Finally, Madame de Sévigné pretends that my “system” might become a precedent. Truly, Marquis, I do not understand how, with the justice for which she is noted, she was able to surrender to such an idea. In stripping love, as I have, of everything liable to seduce you, in making it out to be the effect of temperament, caprice, and vanity; in a word, in undeceiving you concerning the metaphysics that lend it grandeur and nobility, is it not evident that I have rendered it less dangerous? Would it not be more dangerous, if, as pretends Madame de Sévigné, it were to be transformed into a virtue? I would willingly compare my sentiments with those of the celebrated legislator of antiquity, who believed the best means of weakening the power of women over his fellow citizens was to expose their nakedness. But I wish to make one more effort in your favor. Since I am regarded as a woman with a system, it will be better for me to submit to whatever such a fine title exacts. Let us reason, therefore, for a moment upon gallantry according to the method that appertains only to serious matters.
Is love not a passion? Do not very strict minded people pretend that the passions and vices mean the same things? Is vice ever more seductive than when it wears the cloak of virtue? Wherefore in order to corrupt virtuous souls it is sufficient for it to appear in a potential form. This is the form in which the Platonicians deified it. In all ages, in order to justify the passions, it was necessary to apotheosize them. What am I saying? Am I so bold as to play the iconoclast with an accredited superstition? What temerity! Do I not deserve to be persecuted by all women for attacking their favorite cult?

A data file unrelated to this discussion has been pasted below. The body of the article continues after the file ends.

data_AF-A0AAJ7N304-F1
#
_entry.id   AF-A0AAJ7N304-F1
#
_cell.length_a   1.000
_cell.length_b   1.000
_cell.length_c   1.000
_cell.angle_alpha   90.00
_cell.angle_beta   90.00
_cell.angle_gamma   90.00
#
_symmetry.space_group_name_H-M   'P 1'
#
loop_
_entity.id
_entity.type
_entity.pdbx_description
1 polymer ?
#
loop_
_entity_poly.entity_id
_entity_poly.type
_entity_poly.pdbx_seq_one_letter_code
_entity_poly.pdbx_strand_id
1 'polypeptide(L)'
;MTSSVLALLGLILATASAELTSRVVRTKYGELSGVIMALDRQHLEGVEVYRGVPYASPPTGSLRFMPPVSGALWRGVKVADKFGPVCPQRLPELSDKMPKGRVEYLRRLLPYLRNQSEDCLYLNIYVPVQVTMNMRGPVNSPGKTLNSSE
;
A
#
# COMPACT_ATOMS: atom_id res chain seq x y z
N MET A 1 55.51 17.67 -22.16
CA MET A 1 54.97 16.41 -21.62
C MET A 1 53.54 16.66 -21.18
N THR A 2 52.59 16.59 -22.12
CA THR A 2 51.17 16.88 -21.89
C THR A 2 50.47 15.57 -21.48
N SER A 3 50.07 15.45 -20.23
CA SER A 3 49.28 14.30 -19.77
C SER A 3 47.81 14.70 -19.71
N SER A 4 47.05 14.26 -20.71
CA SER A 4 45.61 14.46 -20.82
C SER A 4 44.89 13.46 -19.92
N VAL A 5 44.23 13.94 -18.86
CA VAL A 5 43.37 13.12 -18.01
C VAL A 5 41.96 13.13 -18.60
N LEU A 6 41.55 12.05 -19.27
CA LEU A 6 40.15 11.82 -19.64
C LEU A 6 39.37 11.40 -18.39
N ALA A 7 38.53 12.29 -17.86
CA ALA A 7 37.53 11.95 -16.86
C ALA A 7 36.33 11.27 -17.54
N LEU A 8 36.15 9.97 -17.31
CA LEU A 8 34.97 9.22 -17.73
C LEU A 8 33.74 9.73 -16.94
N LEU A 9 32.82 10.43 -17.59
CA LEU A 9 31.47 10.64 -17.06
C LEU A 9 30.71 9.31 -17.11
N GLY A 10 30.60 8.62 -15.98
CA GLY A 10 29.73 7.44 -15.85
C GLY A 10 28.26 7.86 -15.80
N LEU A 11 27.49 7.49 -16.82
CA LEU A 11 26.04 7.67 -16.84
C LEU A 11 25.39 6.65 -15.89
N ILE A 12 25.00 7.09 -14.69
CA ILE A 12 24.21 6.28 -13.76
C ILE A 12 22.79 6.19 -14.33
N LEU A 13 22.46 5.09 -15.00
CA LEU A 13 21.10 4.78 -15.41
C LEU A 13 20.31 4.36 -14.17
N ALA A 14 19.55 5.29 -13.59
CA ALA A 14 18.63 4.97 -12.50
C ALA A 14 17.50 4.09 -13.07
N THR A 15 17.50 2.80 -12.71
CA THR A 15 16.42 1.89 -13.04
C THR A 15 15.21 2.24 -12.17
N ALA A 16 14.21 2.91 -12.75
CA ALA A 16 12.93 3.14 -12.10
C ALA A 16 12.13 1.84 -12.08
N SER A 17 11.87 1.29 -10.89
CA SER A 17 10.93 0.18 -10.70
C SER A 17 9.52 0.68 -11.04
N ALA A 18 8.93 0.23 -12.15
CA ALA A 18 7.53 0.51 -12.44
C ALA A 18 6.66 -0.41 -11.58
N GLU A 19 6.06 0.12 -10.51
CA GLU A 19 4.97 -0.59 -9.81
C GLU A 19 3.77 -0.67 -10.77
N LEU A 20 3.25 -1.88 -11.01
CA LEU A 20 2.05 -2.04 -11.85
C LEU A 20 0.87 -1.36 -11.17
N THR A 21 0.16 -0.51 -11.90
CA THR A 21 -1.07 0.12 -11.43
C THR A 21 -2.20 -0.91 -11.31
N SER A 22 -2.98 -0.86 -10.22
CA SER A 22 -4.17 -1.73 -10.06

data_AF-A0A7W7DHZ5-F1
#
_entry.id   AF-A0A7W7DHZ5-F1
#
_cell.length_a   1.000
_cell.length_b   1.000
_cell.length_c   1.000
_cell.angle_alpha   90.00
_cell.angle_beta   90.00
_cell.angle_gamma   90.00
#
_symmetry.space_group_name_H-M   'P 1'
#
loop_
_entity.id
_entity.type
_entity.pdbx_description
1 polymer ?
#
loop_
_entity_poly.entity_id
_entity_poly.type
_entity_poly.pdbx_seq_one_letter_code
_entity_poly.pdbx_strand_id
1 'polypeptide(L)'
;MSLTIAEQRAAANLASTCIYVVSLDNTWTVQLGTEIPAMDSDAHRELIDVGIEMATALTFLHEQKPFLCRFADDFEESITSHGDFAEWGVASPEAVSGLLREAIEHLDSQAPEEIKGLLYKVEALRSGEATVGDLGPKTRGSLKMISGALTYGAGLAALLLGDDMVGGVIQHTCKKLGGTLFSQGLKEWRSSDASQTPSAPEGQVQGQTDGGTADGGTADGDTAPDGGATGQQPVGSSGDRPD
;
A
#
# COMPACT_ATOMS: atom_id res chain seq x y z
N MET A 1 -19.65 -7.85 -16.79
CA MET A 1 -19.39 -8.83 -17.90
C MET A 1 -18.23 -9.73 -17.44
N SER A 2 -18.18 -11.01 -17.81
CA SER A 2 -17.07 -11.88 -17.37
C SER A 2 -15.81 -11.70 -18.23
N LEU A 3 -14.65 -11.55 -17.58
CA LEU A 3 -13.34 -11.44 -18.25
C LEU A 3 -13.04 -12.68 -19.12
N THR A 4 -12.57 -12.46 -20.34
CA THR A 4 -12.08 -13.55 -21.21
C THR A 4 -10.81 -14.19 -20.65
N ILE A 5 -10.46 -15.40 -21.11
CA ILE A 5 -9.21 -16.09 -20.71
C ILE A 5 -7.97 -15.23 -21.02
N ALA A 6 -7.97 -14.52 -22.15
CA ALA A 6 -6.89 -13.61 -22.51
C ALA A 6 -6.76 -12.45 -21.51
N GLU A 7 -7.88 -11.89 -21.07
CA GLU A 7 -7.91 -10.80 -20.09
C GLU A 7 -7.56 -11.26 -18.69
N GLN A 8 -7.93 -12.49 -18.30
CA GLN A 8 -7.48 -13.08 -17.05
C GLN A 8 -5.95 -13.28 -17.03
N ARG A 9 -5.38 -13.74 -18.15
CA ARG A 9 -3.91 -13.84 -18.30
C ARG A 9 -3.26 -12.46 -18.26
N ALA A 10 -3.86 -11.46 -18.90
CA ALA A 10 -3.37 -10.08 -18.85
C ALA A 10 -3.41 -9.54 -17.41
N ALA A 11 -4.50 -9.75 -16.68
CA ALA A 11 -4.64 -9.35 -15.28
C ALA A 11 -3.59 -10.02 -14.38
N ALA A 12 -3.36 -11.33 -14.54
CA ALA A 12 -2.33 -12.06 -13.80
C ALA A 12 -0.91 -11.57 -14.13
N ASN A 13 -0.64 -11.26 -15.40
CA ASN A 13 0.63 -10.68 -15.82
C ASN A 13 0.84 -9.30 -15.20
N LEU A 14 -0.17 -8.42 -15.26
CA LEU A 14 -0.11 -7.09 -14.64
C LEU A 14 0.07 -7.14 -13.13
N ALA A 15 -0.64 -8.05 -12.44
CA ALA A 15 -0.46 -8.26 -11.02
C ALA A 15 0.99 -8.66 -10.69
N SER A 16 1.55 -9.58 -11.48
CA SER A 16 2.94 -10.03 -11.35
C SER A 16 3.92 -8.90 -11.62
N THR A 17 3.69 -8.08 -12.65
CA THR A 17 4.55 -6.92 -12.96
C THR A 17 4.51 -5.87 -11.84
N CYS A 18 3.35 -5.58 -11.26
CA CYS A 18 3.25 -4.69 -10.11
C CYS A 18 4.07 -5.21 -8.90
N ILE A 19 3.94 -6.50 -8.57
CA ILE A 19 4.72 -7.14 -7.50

I am sorry for them; it was so lovely, when they felt the movements of love, to be exempt from blushing, to be able even to congratulate themselves, and lay the blame upon the operations of a god. But what had poor humanity done to them? Why misunderstand it and seek for the cause of its weakness in the Heavens? Let us remain on Earth, we shall find it there, and it is its proper home.
In truth, I have never in my letters openly declaimed against love; I have never advised you not to take the blame of it. I was too well persuaded of the uselessness of such advice, but I told you what love is, and I therefore diminished the illusion it would not have failed to create in your mind; I weakened its power over you and experience will justify me.
I am perfectly well aware that a very different use is made of it in the education of females. And what sort of profit is there in the methods employed? The very first step is to deceive them. Their teachers strive to inspire them with as much fear of love as of evil spirits. Men are depicted as monsters of infidelity and perfidy. Now suppose a gentleman appears who expresses delicate sentiments, whose bearing is modest and respectful? The young woman with whom he converses will believe she has been imposed upon; and as soon as she discovers how much exaggeration there has been, her advisers will lose all credit so far as she is concerned. Interrogate such a young woman, and if she is sincere, you will find that the sentiments the alleged monster has excited in her heart are far from being the sentiments of horror.